On a dark September evening what’s close to thirty years ago now, yours truly was bemused to hear raucous applause and cheering erupt in the centre of Dunboyne as the arrival of the Meath team who’d gone under to Cork in the previous day’s All Ireland SFC final was awaited.
Meath’s misfortune that day enabled the completion of a historic double for the Rebel County. Admittedly, initially, the highlight of the evening was getting to shake Colm O’Rourke’s hand for the first time, as well as the O’Connor family from Warrenstown, Dunboyne, giving me their match programme with the autographs of every one of our players thereon.
Some months later, something even more special occurred. Brendan Reilly – who was right half back that day – mentioned that he’d an “auld jersey” at home in a box which he wanted me to have. Well, suffice to say, it wasn’t any “auld jersey” – it was the garment he wore during the game in question.
To my utmost regret, I wore the jersey to games for a few years after. Out of respect, it was retired from service. Someday soon it will, finally, be enveloped in the frame it deserves. Anyway, being honest, it wasn’t until 19 years after the event that I realised what the cheering was on the night of senior disappointment.
Fast forward nine years and on another autumnal Monday, during one of his many unforgettable speeches, on the occasion of Meath defeating Cork in the season’s showpiece, Sean Boylan remarked: “On this night nine years ago, two young men carried a cup through the streets of Dunboyne – young men who carried the torch for another generation of Meath footballers”.
The young men in question were the captain of the team that won the 1990 All Ireland MFC against Kerry, Enda McManus, and Graham Geraghty. Having viewed videos of their games years later, Dunboyne’s other representative on that team, Tony Byrne, to me, jumped out as the outstanding performer at the time.
Mind you, that was a star-studded group. Also therein were the likes of Conor Martin, Tom Hanley, John McCarthy, Jason Hendrick, David ‘Scobie’ Martin from Athboy – who also represented the county with distinction in hurling, Ronan McGrath from the Simonstown Gaels club, and Dunshaughlin’s Brendan Kealy. The entire panel could’ve been namechecked here, such was the talent thereon.
Of course, time has proven the early 1990s to be a golden era for Meath underage football. Another U-18 title followed in 1992 (with Dunboyne’s Denis Gallagher and the Dunshaughlin duo of Aidan Kealy and Brian O’Rourke aboard) while big numbers of both panels combined to engineered the county’s thus far sole outright U-21 success in 1993. Then, more significantly again, that wealth of underage talent was key to Sam Maguire spending two winters by the River Boyne in 1996 and 1999.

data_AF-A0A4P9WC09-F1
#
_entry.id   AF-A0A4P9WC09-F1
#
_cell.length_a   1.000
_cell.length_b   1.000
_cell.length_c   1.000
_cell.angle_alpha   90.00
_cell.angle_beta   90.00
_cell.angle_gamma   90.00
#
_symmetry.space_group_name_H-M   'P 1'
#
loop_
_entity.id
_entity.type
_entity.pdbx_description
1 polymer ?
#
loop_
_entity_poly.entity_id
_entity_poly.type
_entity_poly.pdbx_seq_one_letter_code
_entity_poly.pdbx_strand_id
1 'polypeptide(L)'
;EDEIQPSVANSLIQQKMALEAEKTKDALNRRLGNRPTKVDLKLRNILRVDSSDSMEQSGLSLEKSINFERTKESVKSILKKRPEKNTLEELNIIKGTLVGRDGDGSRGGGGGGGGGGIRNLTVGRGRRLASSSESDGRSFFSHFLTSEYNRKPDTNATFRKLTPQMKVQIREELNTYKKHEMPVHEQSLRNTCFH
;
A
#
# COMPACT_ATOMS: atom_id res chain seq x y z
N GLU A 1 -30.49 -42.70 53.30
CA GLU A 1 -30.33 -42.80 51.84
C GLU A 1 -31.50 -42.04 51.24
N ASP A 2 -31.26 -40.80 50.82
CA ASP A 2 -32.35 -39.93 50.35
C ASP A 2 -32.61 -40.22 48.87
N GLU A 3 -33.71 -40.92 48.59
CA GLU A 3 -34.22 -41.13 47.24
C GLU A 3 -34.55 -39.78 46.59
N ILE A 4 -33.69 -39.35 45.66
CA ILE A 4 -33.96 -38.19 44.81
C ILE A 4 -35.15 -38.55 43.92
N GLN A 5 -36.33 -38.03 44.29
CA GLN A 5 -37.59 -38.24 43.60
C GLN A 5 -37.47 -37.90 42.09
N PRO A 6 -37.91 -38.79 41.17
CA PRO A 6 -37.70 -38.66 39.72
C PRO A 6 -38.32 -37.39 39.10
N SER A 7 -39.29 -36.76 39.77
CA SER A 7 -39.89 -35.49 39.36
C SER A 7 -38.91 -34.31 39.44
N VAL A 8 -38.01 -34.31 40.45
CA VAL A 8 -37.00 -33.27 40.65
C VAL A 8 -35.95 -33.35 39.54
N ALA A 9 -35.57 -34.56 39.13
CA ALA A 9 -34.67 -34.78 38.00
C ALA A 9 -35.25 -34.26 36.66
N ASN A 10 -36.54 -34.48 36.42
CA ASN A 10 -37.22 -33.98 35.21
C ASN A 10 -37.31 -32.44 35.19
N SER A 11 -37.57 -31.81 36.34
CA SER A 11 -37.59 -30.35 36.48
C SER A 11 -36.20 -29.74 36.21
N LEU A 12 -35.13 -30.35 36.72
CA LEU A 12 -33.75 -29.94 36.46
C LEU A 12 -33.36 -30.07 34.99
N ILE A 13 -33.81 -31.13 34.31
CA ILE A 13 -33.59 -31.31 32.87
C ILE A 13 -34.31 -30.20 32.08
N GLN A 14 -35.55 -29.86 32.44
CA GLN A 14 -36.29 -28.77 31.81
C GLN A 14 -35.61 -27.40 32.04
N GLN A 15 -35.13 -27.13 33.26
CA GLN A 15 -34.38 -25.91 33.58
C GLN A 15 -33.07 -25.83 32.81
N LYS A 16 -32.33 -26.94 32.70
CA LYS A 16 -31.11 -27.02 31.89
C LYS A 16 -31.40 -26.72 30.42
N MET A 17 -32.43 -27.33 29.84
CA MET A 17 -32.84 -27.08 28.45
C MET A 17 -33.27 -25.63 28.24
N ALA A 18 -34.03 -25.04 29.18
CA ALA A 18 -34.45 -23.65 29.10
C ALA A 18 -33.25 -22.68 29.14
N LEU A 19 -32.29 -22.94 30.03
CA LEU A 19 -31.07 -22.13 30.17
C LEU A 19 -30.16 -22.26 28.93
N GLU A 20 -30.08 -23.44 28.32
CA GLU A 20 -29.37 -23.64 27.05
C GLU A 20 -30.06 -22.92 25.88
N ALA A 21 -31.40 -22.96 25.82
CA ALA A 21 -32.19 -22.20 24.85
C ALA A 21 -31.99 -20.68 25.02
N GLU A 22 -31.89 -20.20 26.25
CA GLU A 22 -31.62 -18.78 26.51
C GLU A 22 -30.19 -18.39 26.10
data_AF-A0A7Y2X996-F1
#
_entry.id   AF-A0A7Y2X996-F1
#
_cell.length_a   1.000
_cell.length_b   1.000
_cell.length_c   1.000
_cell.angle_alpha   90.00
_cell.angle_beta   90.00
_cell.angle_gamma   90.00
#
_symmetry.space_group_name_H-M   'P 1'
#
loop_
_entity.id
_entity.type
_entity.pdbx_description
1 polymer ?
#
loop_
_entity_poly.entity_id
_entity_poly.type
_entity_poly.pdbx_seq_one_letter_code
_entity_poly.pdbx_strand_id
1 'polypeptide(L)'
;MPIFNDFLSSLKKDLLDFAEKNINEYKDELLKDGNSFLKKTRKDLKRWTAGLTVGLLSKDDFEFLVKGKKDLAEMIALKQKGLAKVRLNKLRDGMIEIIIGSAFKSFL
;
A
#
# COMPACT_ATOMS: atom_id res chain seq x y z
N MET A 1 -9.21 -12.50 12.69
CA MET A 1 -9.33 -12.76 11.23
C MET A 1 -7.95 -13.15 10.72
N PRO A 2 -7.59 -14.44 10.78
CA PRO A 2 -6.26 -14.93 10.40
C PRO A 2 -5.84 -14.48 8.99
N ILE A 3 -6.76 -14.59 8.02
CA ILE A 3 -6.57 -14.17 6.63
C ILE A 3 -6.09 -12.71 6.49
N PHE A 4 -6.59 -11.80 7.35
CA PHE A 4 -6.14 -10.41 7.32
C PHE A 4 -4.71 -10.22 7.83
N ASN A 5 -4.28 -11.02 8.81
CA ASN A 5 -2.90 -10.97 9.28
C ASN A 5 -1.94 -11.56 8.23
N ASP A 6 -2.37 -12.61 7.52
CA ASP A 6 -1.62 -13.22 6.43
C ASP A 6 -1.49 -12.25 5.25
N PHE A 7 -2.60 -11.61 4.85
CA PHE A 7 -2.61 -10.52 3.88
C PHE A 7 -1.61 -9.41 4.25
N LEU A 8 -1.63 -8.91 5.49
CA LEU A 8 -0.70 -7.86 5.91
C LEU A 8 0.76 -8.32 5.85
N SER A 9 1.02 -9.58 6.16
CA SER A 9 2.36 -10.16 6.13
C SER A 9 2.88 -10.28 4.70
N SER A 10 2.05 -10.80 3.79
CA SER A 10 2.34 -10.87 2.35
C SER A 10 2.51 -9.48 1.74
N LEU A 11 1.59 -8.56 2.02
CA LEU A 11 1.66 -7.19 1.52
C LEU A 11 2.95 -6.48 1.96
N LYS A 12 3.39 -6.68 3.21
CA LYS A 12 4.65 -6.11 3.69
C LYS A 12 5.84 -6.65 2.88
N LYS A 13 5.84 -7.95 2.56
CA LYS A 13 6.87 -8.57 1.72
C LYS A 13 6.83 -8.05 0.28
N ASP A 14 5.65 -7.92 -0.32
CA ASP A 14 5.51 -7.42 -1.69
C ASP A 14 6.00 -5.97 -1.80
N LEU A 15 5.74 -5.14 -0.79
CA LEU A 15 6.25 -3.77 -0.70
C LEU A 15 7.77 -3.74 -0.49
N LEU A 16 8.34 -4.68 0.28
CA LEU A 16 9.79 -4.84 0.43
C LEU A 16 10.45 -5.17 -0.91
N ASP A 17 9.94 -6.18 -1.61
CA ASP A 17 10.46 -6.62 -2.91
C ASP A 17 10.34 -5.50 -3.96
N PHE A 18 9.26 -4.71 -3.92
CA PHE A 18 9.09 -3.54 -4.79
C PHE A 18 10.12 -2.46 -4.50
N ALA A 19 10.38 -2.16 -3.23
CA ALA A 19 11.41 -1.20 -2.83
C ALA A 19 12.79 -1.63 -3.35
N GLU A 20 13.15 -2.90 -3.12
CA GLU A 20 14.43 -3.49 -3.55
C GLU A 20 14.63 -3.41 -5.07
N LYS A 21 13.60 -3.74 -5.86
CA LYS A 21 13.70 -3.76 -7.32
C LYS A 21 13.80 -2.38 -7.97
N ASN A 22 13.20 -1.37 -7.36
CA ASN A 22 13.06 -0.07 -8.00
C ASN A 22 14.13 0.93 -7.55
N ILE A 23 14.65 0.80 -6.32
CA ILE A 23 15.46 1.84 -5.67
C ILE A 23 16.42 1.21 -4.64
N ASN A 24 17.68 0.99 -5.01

Recent events brought about sombre reflection on those great days. Owing to the passing of Patsy Duff. An iconic figure within Syddan GFC. Patsy played his part in those two Tom Markham Cup successes and also helped engineer more than a handful of provincial underage titles. More than that, he gave decades of dedicated commitment to the development of generations of Meath footballers.
In more recent times, life’s road ensured that Patsy’s son, Joe, and I would cross paths. It was always a great pleasure to spend time with them both and to be in Patsy’s company was an insightful education on all things football. Indeed, it was shortly after we met that it was realised that there was a bit of a connection there already as Patsy’s son-in-law happened to be Kieran Carolan who won Intermediate and Senior championship medals with Dunboyne and Patsy’s grandchildren Niall, Amy and Luke have also been involved with the club.
His death, coming not long after that of Brian Reilly, marks the passing of another Meath football talent scout to the dugout in the sky. Thus, there was something poignantly fitting to the Meath U-21 footballers winning their pre-season tournament – the Hastings Cup – around the time he passed away.
That could be the most timely boost future prospects have attained in a long time. The need for young talent to come through is timeless. Without wanting to engage in reactions of the knee-jerk variety, with the magnitude of certain tasks having being underlined of late, anything which offers additional modicums of hope going forward are crucial.
Nothing is certain, in life or sport. This corner openly admits doubting – in another sporting arena – whether Roger Federer would recapture the glory days. That question was wholesomely answered at the bottom of the world recently. What the success of the Swiss did, though, was highlight the question as to who the next stars of tennis will be once the golden circle of Federer, Rafa Nadal, Novak Djokovic and Andy Murray exit stage.
Similar pondering is pertinent in a local GAA context. As if they weren’t already, the starkness of the challenges ahead have already been illustrated. Hope, maybe necessity, would be that talent will emerge on the county and club scene in the weeks and months ahead.